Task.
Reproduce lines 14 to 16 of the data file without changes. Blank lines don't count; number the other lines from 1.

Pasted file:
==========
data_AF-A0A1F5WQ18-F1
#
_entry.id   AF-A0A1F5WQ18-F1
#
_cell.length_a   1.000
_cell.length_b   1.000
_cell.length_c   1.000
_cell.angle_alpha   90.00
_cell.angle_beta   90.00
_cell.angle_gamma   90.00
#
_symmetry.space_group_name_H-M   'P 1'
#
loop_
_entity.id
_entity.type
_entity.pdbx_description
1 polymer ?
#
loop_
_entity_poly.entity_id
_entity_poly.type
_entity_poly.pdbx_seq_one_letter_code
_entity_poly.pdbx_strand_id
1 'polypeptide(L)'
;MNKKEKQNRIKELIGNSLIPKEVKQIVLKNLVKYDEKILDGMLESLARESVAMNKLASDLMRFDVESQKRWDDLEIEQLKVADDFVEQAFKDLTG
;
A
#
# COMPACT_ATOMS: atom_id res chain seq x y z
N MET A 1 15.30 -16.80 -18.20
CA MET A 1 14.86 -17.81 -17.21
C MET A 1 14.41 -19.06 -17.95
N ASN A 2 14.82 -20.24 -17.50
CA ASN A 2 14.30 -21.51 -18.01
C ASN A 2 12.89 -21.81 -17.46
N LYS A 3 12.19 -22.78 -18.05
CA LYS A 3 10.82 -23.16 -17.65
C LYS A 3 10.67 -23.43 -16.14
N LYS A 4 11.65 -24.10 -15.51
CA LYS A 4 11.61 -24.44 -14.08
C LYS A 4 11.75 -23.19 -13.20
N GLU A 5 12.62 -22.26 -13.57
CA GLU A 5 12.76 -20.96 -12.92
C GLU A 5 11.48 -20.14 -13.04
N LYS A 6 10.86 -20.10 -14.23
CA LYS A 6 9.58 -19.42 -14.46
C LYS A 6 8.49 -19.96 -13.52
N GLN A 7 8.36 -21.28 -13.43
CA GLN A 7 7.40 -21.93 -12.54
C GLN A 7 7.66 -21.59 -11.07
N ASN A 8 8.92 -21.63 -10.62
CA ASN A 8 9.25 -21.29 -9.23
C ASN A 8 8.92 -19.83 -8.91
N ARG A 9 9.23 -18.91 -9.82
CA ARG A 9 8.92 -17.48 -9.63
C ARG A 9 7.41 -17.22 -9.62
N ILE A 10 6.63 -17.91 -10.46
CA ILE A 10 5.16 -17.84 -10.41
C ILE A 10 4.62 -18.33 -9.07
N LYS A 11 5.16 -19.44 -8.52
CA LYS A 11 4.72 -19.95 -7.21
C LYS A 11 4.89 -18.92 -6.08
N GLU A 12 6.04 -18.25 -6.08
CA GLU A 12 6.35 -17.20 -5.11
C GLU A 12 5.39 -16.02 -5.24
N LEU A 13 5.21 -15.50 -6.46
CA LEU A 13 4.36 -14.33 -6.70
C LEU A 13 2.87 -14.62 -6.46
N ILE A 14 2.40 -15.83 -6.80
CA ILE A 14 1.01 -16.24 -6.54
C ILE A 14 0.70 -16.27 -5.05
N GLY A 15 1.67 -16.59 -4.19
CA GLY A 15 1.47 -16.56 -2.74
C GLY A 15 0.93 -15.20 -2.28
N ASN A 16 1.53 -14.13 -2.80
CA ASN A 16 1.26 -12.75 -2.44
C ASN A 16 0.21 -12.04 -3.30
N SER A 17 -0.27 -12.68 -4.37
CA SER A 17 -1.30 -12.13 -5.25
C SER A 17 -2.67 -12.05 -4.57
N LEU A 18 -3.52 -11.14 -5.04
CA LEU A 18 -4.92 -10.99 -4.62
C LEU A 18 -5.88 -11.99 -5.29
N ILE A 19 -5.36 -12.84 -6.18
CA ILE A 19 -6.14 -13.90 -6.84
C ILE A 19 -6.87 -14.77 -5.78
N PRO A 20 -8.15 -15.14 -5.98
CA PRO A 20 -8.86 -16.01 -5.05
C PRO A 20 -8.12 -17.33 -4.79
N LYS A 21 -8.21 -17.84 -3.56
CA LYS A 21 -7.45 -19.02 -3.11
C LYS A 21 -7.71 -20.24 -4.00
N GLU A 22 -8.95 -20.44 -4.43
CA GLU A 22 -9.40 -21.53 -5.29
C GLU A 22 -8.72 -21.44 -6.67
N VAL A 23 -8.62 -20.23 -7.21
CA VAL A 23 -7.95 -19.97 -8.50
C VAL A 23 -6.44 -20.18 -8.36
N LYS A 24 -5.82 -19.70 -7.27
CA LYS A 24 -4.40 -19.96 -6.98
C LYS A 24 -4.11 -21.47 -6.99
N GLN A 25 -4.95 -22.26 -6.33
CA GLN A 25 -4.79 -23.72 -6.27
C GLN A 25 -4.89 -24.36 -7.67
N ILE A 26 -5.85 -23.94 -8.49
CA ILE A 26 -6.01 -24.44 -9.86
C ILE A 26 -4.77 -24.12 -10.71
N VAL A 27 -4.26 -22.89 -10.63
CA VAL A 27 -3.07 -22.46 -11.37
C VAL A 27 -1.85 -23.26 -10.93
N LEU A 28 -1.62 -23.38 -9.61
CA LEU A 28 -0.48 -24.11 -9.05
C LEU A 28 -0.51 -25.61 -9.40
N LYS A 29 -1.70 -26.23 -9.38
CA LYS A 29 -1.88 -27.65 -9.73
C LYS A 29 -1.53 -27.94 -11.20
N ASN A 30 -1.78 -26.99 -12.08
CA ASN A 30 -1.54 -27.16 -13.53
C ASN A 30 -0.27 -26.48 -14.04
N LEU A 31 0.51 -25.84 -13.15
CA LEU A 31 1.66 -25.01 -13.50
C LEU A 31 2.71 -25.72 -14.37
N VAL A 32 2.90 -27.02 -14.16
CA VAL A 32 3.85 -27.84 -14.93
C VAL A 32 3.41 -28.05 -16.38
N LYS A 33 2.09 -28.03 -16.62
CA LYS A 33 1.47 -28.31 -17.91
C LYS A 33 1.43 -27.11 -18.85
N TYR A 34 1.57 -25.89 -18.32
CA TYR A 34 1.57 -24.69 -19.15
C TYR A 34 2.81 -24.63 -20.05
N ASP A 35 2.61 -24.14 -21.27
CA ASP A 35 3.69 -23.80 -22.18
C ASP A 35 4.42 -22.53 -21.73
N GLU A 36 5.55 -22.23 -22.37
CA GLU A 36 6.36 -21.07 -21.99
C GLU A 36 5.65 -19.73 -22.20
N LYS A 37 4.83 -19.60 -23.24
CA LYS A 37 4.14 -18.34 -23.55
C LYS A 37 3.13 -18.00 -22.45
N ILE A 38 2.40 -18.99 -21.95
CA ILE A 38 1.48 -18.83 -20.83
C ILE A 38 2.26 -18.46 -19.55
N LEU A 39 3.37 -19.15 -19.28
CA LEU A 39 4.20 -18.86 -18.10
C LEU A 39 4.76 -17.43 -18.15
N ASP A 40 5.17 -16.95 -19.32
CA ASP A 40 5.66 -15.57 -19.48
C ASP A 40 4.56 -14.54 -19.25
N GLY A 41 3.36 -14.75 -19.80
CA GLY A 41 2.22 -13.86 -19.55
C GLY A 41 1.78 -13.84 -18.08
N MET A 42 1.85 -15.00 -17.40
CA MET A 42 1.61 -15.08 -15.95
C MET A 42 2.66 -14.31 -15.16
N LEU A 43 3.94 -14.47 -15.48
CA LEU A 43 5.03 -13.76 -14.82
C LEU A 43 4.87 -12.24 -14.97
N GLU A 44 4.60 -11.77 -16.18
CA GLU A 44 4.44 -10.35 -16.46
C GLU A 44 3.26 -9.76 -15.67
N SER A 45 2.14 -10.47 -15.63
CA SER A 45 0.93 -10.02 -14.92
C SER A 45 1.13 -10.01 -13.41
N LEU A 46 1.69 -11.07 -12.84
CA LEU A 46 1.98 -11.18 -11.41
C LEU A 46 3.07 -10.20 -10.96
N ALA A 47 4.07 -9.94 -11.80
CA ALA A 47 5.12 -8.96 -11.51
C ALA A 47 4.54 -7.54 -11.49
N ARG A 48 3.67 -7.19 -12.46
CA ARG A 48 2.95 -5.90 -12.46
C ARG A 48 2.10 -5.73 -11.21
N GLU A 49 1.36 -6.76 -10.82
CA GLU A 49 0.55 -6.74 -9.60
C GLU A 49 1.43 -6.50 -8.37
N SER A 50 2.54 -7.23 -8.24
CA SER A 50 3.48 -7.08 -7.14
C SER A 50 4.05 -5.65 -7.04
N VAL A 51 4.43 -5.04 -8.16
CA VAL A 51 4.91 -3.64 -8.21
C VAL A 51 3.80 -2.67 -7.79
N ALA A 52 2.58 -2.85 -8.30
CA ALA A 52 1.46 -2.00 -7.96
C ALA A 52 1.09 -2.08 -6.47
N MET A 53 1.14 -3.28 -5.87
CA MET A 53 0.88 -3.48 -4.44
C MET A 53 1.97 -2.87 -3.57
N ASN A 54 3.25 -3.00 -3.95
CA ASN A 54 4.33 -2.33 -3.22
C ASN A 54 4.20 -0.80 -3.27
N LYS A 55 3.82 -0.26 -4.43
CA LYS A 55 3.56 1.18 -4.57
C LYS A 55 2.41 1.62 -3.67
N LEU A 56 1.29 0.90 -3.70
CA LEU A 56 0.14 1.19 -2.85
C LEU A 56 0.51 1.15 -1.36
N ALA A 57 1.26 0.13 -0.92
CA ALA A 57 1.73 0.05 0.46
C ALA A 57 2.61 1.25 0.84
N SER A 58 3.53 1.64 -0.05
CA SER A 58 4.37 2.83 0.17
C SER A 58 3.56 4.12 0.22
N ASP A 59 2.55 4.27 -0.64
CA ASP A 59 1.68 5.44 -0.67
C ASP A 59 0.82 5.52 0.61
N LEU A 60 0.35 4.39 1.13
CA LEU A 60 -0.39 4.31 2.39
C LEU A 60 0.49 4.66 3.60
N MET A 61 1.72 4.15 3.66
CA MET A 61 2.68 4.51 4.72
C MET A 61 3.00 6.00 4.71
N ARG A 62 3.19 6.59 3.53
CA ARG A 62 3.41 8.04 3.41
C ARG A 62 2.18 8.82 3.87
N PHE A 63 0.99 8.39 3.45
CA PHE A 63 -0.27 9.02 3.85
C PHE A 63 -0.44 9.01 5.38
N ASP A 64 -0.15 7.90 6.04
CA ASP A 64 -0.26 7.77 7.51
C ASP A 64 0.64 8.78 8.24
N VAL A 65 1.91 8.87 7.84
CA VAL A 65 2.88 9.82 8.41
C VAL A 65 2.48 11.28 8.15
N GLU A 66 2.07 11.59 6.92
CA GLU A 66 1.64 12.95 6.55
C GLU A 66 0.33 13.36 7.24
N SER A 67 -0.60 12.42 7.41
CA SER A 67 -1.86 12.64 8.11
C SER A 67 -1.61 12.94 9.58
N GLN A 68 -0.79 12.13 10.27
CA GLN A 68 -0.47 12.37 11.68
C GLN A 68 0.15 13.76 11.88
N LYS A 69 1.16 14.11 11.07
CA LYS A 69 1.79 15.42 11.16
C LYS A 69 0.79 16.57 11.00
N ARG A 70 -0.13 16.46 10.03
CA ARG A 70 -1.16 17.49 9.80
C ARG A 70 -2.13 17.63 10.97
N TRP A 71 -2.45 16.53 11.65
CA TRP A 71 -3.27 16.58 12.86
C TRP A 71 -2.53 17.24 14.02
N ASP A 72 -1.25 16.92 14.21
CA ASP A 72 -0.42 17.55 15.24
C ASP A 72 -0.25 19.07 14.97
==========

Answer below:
loop_
_entity.id
_entity.type